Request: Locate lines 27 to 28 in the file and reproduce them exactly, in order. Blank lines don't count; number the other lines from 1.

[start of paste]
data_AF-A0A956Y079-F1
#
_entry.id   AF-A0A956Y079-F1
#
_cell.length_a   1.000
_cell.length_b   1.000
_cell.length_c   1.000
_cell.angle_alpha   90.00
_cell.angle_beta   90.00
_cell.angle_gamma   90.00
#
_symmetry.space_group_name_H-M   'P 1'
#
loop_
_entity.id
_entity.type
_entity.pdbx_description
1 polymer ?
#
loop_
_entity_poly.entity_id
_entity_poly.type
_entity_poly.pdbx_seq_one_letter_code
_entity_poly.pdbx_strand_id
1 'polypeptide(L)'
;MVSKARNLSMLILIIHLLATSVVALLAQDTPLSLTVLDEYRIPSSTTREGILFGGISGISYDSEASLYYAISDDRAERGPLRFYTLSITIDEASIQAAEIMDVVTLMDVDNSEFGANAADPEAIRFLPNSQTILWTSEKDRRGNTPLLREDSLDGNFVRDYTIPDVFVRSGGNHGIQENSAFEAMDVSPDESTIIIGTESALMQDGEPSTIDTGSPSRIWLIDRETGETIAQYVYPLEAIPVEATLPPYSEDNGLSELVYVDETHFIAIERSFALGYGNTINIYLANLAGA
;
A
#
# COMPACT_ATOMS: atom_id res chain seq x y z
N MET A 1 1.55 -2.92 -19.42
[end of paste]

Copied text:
;
A